Cox was diagnosed at age seven with Duchenne Muscular Dystrophy, the leading fatal genetic disorder in children with a life expectancy of 20 years. His respiratory capacity has declined his entire life and stands at less than 30 percent now.
While the Aggie spirit can never be told, it can be heard—through music. Your support will strengthen the arts core at Texas A&M and ensure a strong Aggie voice for decades to come.
“This building is a reward for all musical organizations at Texas A&M,” said David Dunlap ’83, who gave $3 million to fund a new drill field for the Aggie Band. “As a second-generation Aggie bandsman, I am particularly attached to the band. At halftime, everyone stands and takes tremendous pride in their performance and in the tradition they represent. A new drill field and facility is befitting of their organization and of every campus musical group.”
Former students, corporations, Aggie families, classes and friends can include their names or the names of loved ones as a permanent part of the Music Activities Center by funding a space, room or pillar inside or outside the building. Gifts will be recognized in a tasteful architectural display reflective of each donor’s commitment to Aggieland.
“After a drill on Kyle Field, the grass is flattened in rows from the band’s footprints,” said Jennifer Armstrong ’17, a piccolo player in the Aggie band. “Our practice field is beyond flattened grass; it is full of well-worn holes. The new Dunlap Drill Field will bolster the band’s tradition of excellence, and a new Music Activities Center will carry on the legacy of Aggie music for generations.”
“I believe that band is keeping me alive longer,” he said. “Band was my family in high school and is beginning to feel like my family again in college. The doctors who study my disease are puzzled that I can play the euphonium given my respiratory capacity. I can’t explain it either, but I’m thankful that I can be part of something bigger than myself.”
In addition to the band hall’s interior disadvantages, the natural grass Joe T. Haney Drill Field is irreparably ragged and uneven due to continued use by the Aggie Band since the 1940s. It remains the band’s primary drill field, though the athletic department allows the use of its indoor football practice facility near the end of each rehearsal week.
“The Aggie Band prides itself on not repeating drills or music at any football game,” Almany said. “But one fall about six years back before an Oklahoma State game, it rained so hard that we could not practice on the drill field the entire week due to mud. We had to repeat the drill from the week before with no rehearsals in between.”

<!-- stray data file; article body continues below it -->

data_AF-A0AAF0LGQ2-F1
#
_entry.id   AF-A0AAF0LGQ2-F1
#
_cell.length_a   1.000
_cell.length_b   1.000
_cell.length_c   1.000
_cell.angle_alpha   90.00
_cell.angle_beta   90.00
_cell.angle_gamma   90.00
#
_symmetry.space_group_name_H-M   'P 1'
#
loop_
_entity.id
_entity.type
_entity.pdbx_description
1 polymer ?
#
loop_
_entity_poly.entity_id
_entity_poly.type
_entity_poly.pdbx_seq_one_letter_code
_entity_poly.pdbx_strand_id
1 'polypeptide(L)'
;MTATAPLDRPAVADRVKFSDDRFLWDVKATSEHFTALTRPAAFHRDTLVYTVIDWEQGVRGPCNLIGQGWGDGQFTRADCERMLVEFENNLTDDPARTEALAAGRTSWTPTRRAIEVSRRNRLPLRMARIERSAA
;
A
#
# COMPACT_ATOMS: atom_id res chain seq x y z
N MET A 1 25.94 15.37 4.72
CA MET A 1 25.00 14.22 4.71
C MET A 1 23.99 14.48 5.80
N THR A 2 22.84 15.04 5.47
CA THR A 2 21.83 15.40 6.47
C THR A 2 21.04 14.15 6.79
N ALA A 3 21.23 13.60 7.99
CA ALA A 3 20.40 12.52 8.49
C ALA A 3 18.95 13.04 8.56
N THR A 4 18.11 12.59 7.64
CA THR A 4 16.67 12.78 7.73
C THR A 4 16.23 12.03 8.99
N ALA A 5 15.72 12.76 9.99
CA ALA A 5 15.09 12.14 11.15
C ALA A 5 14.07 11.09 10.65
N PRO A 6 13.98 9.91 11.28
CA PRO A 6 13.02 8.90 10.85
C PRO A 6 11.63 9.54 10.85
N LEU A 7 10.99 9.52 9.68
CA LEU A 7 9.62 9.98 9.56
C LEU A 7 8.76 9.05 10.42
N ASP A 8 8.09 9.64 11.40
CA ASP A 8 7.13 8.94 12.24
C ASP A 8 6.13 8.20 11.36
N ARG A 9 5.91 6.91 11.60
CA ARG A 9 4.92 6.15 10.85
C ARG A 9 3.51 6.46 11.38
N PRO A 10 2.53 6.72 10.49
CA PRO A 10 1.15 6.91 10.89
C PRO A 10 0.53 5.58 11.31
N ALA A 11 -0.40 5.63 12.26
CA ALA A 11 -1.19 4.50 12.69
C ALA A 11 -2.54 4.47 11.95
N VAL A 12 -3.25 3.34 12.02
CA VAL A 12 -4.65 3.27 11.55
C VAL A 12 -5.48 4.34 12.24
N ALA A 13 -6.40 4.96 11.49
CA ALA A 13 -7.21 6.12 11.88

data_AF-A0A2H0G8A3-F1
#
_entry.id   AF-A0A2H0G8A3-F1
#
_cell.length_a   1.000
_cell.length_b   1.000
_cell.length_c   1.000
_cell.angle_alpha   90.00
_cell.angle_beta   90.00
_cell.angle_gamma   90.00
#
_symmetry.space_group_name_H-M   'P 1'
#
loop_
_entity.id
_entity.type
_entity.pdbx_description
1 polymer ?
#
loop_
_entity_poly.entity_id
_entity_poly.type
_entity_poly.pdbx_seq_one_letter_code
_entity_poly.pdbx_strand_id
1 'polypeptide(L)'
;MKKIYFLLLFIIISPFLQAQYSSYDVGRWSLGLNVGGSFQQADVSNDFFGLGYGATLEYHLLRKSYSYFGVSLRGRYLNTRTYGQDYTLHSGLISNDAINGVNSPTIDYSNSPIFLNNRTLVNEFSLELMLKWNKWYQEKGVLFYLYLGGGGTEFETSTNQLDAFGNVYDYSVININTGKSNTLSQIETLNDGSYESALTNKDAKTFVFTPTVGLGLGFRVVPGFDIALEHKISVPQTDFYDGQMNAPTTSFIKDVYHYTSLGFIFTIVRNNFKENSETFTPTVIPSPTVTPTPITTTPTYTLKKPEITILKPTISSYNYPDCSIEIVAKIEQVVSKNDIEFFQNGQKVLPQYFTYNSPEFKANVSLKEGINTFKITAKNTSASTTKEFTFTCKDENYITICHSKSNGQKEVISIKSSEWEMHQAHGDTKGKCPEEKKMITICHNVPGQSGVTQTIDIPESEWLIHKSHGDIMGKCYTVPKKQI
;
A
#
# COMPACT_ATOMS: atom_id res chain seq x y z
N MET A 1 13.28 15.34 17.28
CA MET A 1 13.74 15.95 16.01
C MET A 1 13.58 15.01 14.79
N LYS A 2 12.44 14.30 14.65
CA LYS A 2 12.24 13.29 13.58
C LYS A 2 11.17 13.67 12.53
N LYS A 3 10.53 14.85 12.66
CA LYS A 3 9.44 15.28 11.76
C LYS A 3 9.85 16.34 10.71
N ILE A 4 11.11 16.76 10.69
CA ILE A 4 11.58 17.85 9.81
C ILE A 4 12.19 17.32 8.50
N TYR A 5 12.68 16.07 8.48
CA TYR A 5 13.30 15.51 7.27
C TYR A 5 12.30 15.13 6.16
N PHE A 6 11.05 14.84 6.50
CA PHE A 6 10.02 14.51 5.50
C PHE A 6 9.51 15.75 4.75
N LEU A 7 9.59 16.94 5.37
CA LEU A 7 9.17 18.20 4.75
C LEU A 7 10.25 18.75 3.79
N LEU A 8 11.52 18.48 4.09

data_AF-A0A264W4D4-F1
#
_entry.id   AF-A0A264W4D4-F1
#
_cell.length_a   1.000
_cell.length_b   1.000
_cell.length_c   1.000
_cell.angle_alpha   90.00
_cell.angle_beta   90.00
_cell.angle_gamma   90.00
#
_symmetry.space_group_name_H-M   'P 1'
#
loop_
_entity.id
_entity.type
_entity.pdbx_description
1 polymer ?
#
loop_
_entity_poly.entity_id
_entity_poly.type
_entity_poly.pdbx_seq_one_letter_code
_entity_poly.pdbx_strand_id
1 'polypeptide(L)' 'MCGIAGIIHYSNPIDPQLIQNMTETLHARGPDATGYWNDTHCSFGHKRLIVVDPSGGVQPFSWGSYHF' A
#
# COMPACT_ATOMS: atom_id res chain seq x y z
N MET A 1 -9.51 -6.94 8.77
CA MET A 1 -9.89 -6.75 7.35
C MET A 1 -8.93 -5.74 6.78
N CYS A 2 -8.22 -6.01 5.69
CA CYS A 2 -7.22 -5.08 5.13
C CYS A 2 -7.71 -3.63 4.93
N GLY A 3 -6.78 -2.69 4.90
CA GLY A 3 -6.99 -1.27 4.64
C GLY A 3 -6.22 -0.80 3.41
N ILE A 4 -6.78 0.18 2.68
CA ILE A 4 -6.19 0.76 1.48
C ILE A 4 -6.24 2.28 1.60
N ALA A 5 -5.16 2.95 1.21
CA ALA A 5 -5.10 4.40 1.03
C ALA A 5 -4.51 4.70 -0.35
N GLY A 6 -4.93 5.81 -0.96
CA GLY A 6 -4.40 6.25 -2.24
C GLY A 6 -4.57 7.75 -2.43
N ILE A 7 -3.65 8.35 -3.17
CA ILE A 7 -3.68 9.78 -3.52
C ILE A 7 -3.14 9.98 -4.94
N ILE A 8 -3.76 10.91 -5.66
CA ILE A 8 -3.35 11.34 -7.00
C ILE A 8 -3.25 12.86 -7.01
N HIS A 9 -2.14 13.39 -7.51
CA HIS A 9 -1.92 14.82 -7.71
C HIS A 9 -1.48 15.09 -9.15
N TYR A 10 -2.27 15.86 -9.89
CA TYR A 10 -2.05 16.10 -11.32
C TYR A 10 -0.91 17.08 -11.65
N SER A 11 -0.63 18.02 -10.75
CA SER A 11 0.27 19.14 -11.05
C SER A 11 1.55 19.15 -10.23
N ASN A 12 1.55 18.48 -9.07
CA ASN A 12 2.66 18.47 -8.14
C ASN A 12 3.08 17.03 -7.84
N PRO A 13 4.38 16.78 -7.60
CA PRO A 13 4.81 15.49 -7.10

While the band hall’s condition has not inhibited quality music education, directors anticipate a new era of excellence for Texas A&M musicians with the Music Activities Center’s completion.
“When you hear a student say something like, ‘My junior high band hall is better than this,’ you know you’re in bad shape,” said Almany. “We are at the point of turning away eager and talented students because we cannot expand our musical organizations.”
The new facility, located on the corner of George Bush Drive and Coke Street (also known as Duncan Field or the Old Bonfire Field), will solve scheduling, acoustic, safety and storage problems while amplifying the Aggie music experience. It will feature four rehearsal halls with state-of-the-art acoustics and adequate space so that multiple groups can rehearse at once, eliminating scheduling conflicts. Forty soundproof practice rooms, available with after-hours swipe-card access, will ensure that students may practice at their leisure.
Aggie Band formations change every week and every year. With the exception of the 4-way cross that is performed once each year, there are no other standard formations.
Addressing clutter and security issues, the new climate-controlled facility will contain ample storage for sheet music libraries and instruments, which students will store in individually coded lockers. An instrument repair room is also included.
A 120-yard artificial turf drill field, funded through a $3 million gift from former Aggie band member David Dunlap ’83 and his wife Anne, will eliminate uneven or unsafe rehearsal conditions and keep the Aggie band in step close to the Quad.
“Even more important, this facility will allow the instrumental and choral ensembles to work together and perfect our craft better than ever,” said Lt. Col. Jay Brewer ’81, senior associate director of the Fightin’ Texas Aggie Band. “Aggies deserve state-of-the-art. We get it in athletics and academics, so it’s only natural that our student musicians also get first-class treatment.”